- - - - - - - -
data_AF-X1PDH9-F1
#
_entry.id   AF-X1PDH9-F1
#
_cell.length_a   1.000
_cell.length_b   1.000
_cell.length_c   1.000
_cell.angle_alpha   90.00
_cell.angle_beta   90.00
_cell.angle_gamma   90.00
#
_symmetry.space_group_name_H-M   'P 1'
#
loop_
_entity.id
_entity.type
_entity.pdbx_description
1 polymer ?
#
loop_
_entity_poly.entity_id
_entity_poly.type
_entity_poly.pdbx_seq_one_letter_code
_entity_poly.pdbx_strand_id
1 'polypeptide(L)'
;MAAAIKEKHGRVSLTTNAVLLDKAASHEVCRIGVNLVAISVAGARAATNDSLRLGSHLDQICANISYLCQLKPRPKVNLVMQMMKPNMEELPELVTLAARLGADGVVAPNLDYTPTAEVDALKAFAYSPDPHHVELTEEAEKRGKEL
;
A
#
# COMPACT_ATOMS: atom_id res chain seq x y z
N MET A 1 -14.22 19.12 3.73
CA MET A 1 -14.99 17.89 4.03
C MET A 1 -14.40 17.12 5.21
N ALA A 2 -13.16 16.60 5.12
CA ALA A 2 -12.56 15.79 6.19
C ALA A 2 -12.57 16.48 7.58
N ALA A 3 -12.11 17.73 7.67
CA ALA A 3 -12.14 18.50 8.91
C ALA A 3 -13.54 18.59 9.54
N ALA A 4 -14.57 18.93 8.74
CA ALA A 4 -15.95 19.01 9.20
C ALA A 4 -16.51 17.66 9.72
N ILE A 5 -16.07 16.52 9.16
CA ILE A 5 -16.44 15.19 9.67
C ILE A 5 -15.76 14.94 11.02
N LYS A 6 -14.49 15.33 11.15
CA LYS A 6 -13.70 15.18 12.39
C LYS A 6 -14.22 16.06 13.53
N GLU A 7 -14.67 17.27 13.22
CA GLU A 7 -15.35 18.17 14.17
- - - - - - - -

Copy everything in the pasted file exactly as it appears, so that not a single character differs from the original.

data_AF-X1PDH9-F1
#
_entry.id   AF-X1PDH9-F1
#
_cell.length_a   1.000
_cell.length_b   1.000
_cell.length_c   1.000
_cell.angle_alpha   90.00
_cell.angle_beta   90.00
_cell.angle_gamma   90.00
#
_symmetry.space_group_name_H-M   'P 1'
#
loop_
_entity.id
_entity.type
_entity.pdbx_description
1 polymer ?
#
loop_
_entity_poly.entity_id
_entity_poly.type
_entity_poly.pdbx_seq_one_letter_code
_entity_poly.pdbx_strand_id
1 'polypeptide(L)'
;MAAAIKEKHGRVSLTTNAVLLDKAASHEVCRIGVNLVAISVAGARAATNDSLRLGSHLDQICANISYLCQLKPRPKVNLVMQMMKPNMEELPELVTLAARLGADGVVAPNLDYTPTAEVDALKAFAYSPDPHHVELTEEAEKRGKEL
;
A
#
# COMPACT_ATOMS: atom_id res chain seq x y z
N MET A 1 -14.22 19.12 3.73
CA MET A 1 -14.99 17.89 4.03
C MET A 1 -14.40 17.12 5.21
N ALA A 2 -13.16 16.60 5.12
CA ALA A 2 -12.56 15.79 6.19
C ALA A 2 -12.57 16.48 7.58
N ALA A 3 -12.11 17.73 7.67
CA ALA A 3 -12.14 18.50 8.91
C ALA A 3 -13.54 18.59 9.54
N ALA A 4 -14.57 18.93 8.74
CA ALA A 4 -15.95 19.01 9.20
C ALA A 4 -16.51 17.66 9.72
N ILE A 5 -16.07 16.52 9.16
CA ILE A 5 -16.44 15.19 9.67
C ILE A 5 -15.76 14.94 11.02
N LYS A 6 -14.49 15.33 11.15
CA LYS A 6 -13.70 15.18 12.39
C LYS A 6 -14.22 16.06 13.53
N GLU A 7 -14.67 17.27 13.22
CA GLU A 7 -15.35 18.17 14.17